Such encounters revealed the taboos surrounding cancer in Odisha and made her aware that just raising awareness of cancer wasn’t sufficient. “Even the public should be educated and convinced to support those battling cancer. It wasn’t important to be a cancer survivor but rather address taboos and create an awareness about cancer that is important,” stresses the vicenarian.
With more than one reason to fight a cause, Swagatika founded Awaaken Cancer Care Trust in 2018. Officially registered in 2019, Awaaken has actively been working for a cancer-free nation, committing itself to raise cancer awareness, setting up camps to screen for cancer, counselling and rehabilitating cancer survivors, guiding the best course of treatment and offering free teleconsultations with medical professionals.
Even though the organisation had been in existence only for a few months when the pandemic struck, Awaaken was active on social media. According to Swagatika, “Our organisation helped over 130 cancer fighters during COVID-19 pandemic lockdowns, making their treatment possible on time and supporting them with the medicines they needed.” She adds that they even made arrangements to bring cancer fighters from hundreds of kilometres away to Bhubaneswar to ensure their treatment continued unhindered. The funds for this came from well-wishers, donors, friends and family.
Since 2019, AWAAKEN has collaborated with local organisations and hospitals and held more than 500 cancer awareness campaigns. Additionally, the organisation has given more than 3,000 women in Odisha’s rural and urban areas free breast cancer screenings.
“We carry mobile mammogram machines, sponsored by hospitals, to villages as it makes it easier for breast cancer detection. We provide free food to encourage women to come forward,” she says.
At least 50 cancer survivors have benefitted from Awaaken’s support in the form of free transportation, ambulance rides, chemotherapy-sponsored treatments and surgeries, counselling sessions, etc. They also provided funds for exorbitant medical tests, food, medicines, and other nutritional requirements that patients cannot afford. “They were treated under our guidance and are living cancer-free.” Awaaken has served almost 70 paediatric cancer fighters with its nutritional supplements.
Deepanjali Juin, 35, a breast cancer survivor from Keunjhar district in Odisha is also a mother of two. She was diagnosed with breast cancer at the age of 33 in 2020. It was during the lockdown that she felt a pain in her breasts. She sought medical advice from local doctors in the Keunjhar district, Odisha. The results of the tests revealed a sore in her breast. But when three months of meditation produced no improvement, she started looking for other options.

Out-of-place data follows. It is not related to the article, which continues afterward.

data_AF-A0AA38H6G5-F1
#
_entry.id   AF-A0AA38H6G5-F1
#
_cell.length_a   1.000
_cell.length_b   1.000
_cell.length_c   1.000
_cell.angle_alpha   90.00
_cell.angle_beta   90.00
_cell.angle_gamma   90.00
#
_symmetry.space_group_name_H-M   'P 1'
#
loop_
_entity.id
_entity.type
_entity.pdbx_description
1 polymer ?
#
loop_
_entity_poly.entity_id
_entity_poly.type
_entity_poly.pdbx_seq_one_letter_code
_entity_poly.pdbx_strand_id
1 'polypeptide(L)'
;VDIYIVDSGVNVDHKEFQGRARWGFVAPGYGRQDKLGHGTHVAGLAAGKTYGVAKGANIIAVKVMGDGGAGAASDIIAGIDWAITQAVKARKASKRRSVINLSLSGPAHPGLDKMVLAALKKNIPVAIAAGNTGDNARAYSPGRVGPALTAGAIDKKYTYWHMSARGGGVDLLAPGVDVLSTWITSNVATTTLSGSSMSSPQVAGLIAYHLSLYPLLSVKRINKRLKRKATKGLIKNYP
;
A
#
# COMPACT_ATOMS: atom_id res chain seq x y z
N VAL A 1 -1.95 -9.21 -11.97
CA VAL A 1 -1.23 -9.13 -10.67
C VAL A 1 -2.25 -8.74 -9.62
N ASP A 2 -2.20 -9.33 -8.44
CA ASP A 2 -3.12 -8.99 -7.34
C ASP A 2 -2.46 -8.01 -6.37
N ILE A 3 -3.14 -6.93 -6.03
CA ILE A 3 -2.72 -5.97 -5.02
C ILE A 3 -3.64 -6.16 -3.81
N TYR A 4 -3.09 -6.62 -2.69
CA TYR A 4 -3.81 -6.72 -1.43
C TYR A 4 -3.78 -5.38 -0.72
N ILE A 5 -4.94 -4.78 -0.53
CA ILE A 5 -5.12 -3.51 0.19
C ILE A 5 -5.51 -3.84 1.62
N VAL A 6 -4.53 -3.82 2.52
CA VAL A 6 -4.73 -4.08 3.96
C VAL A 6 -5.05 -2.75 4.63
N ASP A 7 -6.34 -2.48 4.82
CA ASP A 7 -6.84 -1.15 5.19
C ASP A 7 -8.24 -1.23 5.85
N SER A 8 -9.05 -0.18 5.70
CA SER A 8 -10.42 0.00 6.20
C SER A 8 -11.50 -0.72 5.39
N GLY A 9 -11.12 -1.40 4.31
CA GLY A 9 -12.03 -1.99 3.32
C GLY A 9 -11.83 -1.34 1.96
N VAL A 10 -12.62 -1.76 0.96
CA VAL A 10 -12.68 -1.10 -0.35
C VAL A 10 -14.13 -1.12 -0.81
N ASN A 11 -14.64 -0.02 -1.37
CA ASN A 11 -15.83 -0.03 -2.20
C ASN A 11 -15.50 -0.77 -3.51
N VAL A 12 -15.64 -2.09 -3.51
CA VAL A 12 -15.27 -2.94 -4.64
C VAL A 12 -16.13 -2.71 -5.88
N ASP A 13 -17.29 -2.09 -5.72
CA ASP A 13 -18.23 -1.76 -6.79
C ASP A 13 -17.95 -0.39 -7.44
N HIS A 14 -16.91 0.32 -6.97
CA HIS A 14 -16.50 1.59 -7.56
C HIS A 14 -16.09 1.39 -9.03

At that time, she learned about Awaaken through her friends. Deepanjali says, “I was broken. I had two children and my husband was away working in Nepal.” Through Awaaken’s help, Deepanjali was transported to Cuttack where she was treated at Carcinova Cancer Hospital. There she underwent six rounds of chemotherapy, and surgery in over five months from August to December 2020.
Recalling those tough days, Deepanjali says, “Swagatika madam played the role of a sister and a mother.” When Deepanjali’s loved ones bad-mouthed her because of her disease, Swagatika counselled her. “Madam told me to be with those individuals who were good to me and stay away from those who spoke ill about me. She was my God. She gave me a lot of strength to overcome this situation,” she says, adding, “I am fine now. I take care of my household and look after my children. I still visit the hospital for my follow-up visits every three months.”
On Cancer Survivors Day in June, Swagatika added another feather to her cap. In the company of her father and other cancer survivors, oncologists and cancer caregivers Swagatika participated in a trek, titled ‘Peak to Peak- Winning Over Cancer’, an initiative of Apollo Cancer Centres, to spread awareness about positive living after cancer treatments. Together, they scaled more than 11,000 feet, to Dayara Bugyal in Uttarakhand.
“Many people discouraged me that I couldn’t trek because of my weight. I was nervous,” said Swagatika who had more significant challenges to overcome. Having lost her saliva glands as the side effects of radiation therapy, Swagatika doesn’t have saliva. As a result, to keep her mouth moist, she has to sip water every few minutes.
Despite these obstacles, Swagatika is determined to be a beacon of hope and an example to everyone, going through a similar battle. “As a cancer survivor, I have achieved the impossible. So can you,” she says rather victoriously.
Edited by Yoshita Rao